Holes in the ears open new world of jewelry

April 03, 1991|By Mary Maushard | Mary Maushard,Evening Sun Staff

GETTING YOUR EARS pierced is like a shot in the arm. In more ways than one.

There's that quick, stinging sensation just like those vaccinations you might have tried to forget from your childhood followed by a little warm skin and a little cool alcohol.

But once the sting subsides (remember those weight-reduction plans all say -- no pain, no gain) there's a new world to explore. Earrings forever to choose from. Big, funky purple plastics; tiny, elegant red rubies; wiry, silver shapes dangling with beads; handsome gold hearts hugging the ear.

L No more will you be resigned to basic gold and silver balls.

Your weary wardrobe gets a shot in the arm -- without great expense. (Of course, this new world of earrings does tempt one to overspend a bit.)

I have come to this cavalier attitude about pierced ears only after years, nay decades, of fear and delay. I began to think of myself as the last woman without pierced ears in the Western World.

But it wasn't this dowdy distinction that drove me to the mall. Rather, it was the law of supply and demand coupled with my own negligence.

Although the Jewelry Industry Council says that 40 percent of all earrings are clip-ons, they are often difficult to find -- at almost any price. And what you find is old-lady stuff, even though most old ladies I know wouldn't wear much of what's out there now.

And, besides, even when you find clip-on earrings you like, they turn uncomfortable on you. And that's where negligence comes in. My earrings would loosen so much they would fall off or pinch me to the point of distraction and I would pull them off without paying attention to where I was putting them.

I am not by nature a careless person, but in the last few years I have lost more earrings than I care to count. And unless you're a hip guy, one earring doesn't do you much good. I have mourned the passing one of the good gold shells my husband gave me, one of the colorful drop beads I bought years ago at an outdoor market in Los Angeles and both of the pearls I wore on my wedding day.

Now that my baubles are stuck in my ear, rather than hanging limply from it, I feel like I'll have more control. Another character flaw eliminated. Phew, I'm feeling better about this all the time.

So, what does it take to get your ears pierced? About 30 minutes, $30 and a dollop of courage. The actual piercing takes probably less than a minute. But you need to allow time to choose your earrings, be measured and get instructions on caring for your ears during the first weeks. You needn't allow time for recovery, though I did go for a beer afterward.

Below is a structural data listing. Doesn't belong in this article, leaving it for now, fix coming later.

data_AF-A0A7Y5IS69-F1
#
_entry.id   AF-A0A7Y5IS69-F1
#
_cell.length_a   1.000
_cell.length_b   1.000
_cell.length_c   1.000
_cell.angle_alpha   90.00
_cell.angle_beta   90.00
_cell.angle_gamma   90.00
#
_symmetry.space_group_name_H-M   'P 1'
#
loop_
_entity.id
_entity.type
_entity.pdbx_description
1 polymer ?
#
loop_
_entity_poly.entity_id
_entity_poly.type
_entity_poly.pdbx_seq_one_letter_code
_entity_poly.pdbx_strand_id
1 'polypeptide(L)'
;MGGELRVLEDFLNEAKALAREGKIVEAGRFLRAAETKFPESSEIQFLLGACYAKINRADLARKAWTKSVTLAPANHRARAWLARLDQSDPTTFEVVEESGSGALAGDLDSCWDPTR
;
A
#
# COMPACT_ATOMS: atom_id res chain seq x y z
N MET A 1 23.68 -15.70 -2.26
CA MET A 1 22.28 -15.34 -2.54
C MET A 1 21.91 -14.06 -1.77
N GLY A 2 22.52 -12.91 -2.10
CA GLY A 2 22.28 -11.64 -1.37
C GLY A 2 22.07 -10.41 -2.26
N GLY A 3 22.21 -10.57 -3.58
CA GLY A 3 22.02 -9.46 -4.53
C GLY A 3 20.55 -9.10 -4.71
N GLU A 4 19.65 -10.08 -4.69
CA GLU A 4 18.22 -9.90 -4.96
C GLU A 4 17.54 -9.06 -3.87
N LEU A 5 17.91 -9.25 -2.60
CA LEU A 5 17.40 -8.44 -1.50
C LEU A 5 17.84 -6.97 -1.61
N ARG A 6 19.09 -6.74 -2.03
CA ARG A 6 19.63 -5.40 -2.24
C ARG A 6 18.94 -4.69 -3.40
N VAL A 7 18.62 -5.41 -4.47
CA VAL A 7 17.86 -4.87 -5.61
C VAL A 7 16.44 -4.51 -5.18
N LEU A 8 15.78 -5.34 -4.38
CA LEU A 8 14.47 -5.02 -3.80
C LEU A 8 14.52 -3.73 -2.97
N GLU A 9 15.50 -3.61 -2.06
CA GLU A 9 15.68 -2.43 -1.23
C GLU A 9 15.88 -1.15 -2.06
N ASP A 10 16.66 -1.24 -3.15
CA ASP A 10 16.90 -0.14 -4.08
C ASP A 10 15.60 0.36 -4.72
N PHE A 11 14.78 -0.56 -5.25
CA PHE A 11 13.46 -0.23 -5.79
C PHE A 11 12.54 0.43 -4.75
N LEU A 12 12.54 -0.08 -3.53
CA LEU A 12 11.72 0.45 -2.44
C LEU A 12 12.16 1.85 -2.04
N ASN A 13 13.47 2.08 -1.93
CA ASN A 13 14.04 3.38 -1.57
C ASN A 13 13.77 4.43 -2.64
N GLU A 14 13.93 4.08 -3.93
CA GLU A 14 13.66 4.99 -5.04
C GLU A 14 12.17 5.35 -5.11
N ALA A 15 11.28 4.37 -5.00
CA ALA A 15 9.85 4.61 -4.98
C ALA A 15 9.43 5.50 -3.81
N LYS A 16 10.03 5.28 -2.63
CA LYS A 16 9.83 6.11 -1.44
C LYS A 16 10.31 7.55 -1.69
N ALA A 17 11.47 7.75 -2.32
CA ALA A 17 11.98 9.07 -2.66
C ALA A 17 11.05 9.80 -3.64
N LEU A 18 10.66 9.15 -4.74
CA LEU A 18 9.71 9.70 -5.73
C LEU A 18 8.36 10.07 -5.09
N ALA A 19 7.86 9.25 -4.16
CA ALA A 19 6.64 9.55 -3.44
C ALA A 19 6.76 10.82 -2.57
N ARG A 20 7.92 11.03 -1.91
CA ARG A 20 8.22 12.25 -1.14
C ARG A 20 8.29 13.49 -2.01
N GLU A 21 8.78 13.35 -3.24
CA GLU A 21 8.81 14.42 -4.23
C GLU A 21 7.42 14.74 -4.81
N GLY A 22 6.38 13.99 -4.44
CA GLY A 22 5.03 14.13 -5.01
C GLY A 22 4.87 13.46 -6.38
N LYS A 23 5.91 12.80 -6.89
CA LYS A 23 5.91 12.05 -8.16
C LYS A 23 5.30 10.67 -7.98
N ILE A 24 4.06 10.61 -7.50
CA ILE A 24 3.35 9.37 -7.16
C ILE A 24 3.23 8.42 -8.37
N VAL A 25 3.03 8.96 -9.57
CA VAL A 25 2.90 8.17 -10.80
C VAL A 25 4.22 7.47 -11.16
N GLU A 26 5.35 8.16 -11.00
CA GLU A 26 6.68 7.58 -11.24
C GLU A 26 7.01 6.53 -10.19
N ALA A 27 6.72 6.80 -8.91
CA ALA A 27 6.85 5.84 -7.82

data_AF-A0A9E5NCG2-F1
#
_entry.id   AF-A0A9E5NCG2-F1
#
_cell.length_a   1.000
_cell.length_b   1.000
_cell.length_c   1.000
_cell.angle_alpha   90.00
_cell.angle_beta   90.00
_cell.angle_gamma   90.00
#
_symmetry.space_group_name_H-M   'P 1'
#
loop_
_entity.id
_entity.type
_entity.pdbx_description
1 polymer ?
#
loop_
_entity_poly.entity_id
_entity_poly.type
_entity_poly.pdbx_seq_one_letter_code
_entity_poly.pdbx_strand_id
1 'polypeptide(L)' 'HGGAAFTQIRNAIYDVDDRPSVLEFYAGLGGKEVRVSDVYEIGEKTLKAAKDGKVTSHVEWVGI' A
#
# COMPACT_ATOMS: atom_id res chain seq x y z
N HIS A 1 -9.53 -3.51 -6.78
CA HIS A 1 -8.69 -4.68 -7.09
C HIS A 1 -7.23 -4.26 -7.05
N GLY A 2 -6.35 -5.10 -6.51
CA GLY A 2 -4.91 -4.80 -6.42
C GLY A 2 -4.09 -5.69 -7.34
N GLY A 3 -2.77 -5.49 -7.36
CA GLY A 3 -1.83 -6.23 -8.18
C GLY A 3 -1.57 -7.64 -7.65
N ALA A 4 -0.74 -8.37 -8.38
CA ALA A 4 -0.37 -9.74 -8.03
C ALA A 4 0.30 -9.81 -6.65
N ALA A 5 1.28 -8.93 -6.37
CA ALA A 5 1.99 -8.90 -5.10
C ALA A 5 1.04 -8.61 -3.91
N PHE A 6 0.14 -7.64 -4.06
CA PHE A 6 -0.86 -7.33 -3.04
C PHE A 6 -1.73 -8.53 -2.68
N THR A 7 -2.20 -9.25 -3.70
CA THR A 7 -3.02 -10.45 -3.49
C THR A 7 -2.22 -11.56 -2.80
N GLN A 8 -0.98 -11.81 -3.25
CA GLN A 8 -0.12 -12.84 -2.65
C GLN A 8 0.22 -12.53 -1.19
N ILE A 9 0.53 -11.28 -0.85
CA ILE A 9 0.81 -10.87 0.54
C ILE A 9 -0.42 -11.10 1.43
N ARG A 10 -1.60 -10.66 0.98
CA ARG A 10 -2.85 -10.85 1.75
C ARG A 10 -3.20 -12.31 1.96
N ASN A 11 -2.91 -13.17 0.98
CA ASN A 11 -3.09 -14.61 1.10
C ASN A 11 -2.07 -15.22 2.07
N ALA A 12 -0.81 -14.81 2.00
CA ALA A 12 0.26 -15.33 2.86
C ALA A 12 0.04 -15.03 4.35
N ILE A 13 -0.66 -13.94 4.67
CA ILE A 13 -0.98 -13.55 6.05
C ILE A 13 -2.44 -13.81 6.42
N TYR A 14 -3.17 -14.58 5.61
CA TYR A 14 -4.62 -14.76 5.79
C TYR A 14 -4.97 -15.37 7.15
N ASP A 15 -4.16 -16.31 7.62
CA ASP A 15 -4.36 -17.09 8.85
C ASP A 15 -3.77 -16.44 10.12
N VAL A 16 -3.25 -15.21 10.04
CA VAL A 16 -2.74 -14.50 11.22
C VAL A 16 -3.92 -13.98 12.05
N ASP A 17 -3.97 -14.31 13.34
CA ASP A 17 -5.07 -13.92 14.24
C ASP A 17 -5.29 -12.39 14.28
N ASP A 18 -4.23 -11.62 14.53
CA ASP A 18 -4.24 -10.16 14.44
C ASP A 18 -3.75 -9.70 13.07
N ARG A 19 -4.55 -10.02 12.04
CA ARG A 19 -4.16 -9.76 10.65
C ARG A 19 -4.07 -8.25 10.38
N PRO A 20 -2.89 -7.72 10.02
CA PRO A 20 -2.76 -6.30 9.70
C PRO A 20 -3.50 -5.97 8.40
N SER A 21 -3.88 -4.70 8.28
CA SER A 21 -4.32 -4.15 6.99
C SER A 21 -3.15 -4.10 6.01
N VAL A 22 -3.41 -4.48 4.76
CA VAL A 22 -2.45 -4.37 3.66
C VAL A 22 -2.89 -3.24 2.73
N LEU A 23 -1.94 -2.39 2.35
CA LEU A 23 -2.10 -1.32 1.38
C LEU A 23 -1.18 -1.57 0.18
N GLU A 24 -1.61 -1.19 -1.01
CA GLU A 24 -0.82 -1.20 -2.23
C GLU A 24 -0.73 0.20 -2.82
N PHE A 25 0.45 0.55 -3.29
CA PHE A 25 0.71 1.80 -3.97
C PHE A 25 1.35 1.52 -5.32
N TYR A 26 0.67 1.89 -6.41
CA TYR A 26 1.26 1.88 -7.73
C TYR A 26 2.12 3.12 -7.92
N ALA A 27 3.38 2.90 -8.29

Most shops that pierce ears do it for free when you buy a pair of earrings -- the first are called "training posts." These earrings cost from $10 to $30, depending on the store and your taste (14 karat gold is the most expensive and also the most popular; the others are surgical steel, sometimes inlaid with gold). Then, there is a few dollars for a bottle of "pierced ear antiseptic" and some cotton balls. Some stores even throw in the antiseptic.

These piercing places range from neon kiosks in the middle of malls to discreet jewelry stores.

Go where you will be most comfortable. Saturday is the busiest day, most shops say. I went on a weekday afternoon, when the mall was relatively quiet. I also went to a cosmetics shop, where you sit at the rear of the store, away from the folks buying lipstick and eye liner.

The person who pierced my ears told me she had been doing it for four years; she was quick and confident. She also took a lot of time to explain how to use the antiseptic and how to change earrings when the time came. She didn't ask why I hadn't pierced my years 20 years ago.

Why I didn't pierce my ears in the 1960s had a little to do with fear and a lot to do with fantasy. I lived in college dorms when roommates pierced each others' ears by the ice cube-potato-sewing needle method. Not for me. That was the fear factor.

But more important was my mother's conviction that only "Gypsies" pierced their ears, that it was an undesirable, barbaric thing to do. I believed her -- for a long time.

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